He spotted her. Had he been looking in a mirror, he would have seen his smile pop open while his cheeks turned pink. Jennie was as good as a looking glass as her face did the same thing. He’d sit with her after courteously enjoying Hilda’s food.

But first, the speeches were starting. Forestville’s “mayor,” chosen by the businessmen primarily for his popularity and contribution to the welfare of the village, spoke first, lauding the patriotism of everyone he could think of. Some people listened, especially parents trying to set a good example of courtesy for their children.

The second speech, delivered by a patriot of apparent importance, made no lasting impression on Carl whose senses were all focused on his plan to join Jennie after finishing lunch:  goat cheese sandwiches, cucumber sandwiches, pieces of cold korv, carrot sticks, thumb print cookies, milk in its original glass bottle and coffee in a cleaned milk bottle.

Later, he sat cross legged by Jennie’s side, ignoring clouds closing in occasionally, bringing darkness. Always they opened again, revealing more sunlight.



Back to posting outtakes from MY FATHER’S HOUSE

You do realize, of course, that I wasn’t actually there in 1914, but I had fun researching the possibilities. I think this is about as accurate a picture as I could come up with. I even had fun sitting at lunch with friends imagining what it might have been like.

And I hope I’m not repeating myself here. Anyway, this is it. July 4, 1914

On June 28, only a month after Carl’s graduation from Upsala College, Archduke Franz Ferdinand of Austria was assassinated. At first it raised little alarm in Forestville. This side of the Atlantic seemed so far away from European stress. Carl reminded himself how happy he was to be at such a distance from European wars and rumors of wars.

What seemed really important to him was the celebration of America on Saturday, July 4. 1914. The weather was chilly in Forestville, and rain threatened, but nothing could spoil the brightness of spirits. Emil, Hilda, and Carl set chairs out on the corner of Church and Washington Streets, a perfect spot for watching the Independence Day parade. Paul and Eddie, now enjoying the freedom of ages 12 and 14, joined the ride- by of bicycles whose wheel spokes were strung with red, white, and blue streamers.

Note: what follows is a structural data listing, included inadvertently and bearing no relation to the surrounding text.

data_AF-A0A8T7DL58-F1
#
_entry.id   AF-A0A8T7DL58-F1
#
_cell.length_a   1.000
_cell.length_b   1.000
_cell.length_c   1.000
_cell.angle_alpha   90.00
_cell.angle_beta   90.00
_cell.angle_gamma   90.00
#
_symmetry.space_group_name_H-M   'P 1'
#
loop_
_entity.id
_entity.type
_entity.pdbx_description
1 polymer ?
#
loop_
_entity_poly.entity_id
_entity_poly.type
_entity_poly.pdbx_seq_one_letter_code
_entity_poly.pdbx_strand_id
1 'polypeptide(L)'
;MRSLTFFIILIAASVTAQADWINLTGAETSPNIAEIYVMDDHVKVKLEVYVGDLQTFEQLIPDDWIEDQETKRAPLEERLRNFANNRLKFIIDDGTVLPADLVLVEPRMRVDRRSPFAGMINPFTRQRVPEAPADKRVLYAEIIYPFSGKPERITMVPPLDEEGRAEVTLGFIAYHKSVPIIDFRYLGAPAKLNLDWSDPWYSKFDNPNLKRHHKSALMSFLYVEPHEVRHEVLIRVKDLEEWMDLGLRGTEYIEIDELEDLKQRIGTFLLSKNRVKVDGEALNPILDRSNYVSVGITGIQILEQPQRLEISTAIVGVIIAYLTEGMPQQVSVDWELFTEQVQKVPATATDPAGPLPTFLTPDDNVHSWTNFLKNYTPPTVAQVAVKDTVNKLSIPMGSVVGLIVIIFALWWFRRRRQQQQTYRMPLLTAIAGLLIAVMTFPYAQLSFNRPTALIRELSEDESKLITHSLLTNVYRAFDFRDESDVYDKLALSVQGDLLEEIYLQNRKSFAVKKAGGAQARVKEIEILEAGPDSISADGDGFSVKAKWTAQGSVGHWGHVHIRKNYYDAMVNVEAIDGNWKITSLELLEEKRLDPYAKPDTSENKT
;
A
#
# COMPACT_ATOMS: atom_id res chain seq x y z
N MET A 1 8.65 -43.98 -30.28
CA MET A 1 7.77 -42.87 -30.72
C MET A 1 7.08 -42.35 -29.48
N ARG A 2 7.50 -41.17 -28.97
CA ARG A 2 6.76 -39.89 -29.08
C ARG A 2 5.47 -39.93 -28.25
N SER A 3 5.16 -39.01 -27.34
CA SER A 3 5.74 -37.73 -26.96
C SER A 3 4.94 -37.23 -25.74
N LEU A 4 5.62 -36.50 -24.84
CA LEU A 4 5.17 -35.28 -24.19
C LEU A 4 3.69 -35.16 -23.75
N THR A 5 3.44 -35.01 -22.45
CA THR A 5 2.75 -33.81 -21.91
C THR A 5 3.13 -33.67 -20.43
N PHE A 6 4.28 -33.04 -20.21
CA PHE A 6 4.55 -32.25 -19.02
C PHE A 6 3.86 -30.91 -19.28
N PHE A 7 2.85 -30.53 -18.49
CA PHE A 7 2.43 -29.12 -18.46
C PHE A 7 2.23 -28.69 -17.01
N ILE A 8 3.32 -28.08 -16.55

By 9:45 a.m. there was a sea of patriotic color, even dogs had special scarves around their necks. Not a house in sight was without a flag hanging, sometimes blowing a little heavily in the damp and mild breeze.  Children darted back and forth despite the efforts of their grown-ups to restrain them while babies in arms squealed, cried, or just wiggled with excitement.

At 10:15, the restless crowd hushed to the distant sound of the Bristol High School band, bringing their performances of “The Liberty Bell March” and “The Stars and Stripes Forever” into view as parents beamed with pride and Carl’s eyes teared. Close behind came the flag with its thirteen stripes and forty-eight stars proudly borne by the boy with the highest academic average from Sarah E. Reynolds followed by the representative from Greene Hills School struggling to keep the Connecticut State flag off the ground.

Polite applause greeted the titular mayor of Forestville waving from the passenger seat of a red, white, and blue draped automobile displaying a “C.V. Mason & Company Motors” sign as it turned east onto Washington Street, thence south on Central Street toward the cemetery on Circle Street.

Enthusiastic applause and shouts greeted Miss Liberty and her entourage coming next, wrapped in white sheets and crocheted red, white and blue shawls, the winner and runners up of the essay contest, “Why I want to be Miss Liberty in the Independence Day Parade.” Uncle Sam followed, having won the honor by writing the best seventh grade essay on “Why I want to represent Uncle Sam in the Independence Day Parade.”

At a respectful distance, sitting tall in the saddle, appeared the chief of the volunteer fire department, trying to convince his recalcitrant horse that marching in a parade was an honor to be enjoyed. Following in proud contrast was the newly acquired, enthusiastically cheered steam-driven firetruck. Civil War veterans were next, proud and victorious as they received the cheers and applause of the crowd, followed by the local chapter of the recently created and uniformed members of the Boy Scouts of America.

A few hay wagon floats straggled through, giving Carl a chance to return the chairs to the house and fetch the picnic baskets. He returned in time to see two uniformed members of the Bristol Police Department carrying a large sign. “The End.”



Yesterday life was quite sweet

Living the rule of six feet

Today at the Waters

We have tighter quarters

Connecting by phone and by tweet